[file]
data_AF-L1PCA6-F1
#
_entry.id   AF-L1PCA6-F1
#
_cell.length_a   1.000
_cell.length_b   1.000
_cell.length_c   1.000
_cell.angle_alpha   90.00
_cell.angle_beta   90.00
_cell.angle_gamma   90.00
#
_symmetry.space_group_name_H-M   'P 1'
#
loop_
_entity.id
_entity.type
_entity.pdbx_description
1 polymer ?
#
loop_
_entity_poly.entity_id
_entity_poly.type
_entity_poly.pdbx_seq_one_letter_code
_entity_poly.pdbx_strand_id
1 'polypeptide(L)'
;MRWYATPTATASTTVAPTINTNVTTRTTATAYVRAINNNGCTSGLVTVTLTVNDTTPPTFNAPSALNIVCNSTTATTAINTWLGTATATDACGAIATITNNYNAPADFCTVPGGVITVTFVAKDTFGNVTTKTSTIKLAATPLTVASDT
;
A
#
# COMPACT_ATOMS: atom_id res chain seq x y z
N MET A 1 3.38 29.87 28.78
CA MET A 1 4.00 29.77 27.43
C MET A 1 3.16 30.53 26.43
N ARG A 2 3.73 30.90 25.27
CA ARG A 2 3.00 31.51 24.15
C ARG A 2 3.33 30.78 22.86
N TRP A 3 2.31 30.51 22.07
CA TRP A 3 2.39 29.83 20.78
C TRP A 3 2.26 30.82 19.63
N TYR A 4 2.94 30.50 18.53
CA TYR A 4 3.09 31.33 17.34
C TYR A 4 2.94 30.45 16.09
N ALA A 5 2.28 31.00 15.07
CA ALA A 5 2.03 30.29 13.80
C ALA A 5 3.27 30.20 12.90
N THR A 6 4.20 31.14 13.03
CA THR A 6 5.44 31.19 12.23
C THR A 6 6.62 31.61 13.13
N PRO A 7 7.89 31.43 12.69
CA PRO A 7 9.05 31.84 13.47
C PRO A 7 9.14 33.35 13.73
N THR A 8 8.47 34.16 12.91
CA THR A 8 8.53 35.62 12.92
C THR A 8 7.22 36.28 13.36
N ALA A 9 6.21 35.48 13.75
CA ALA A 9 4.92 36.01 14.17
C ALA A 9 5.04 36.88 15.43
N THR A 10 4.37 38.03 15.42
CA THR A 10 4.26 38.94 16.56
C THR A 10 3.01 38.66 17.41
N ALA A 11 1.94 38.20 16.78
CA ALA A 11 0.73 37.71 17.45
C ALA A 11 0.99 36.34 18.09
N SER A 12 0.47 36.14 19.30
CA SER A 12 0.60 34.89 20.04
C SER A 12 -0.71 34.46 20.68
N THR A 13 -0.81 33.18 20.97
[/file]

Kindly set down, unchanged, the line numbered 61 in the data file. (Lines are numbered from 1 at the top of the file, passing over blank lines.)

N ALA A 11 1.94 38.20 16.78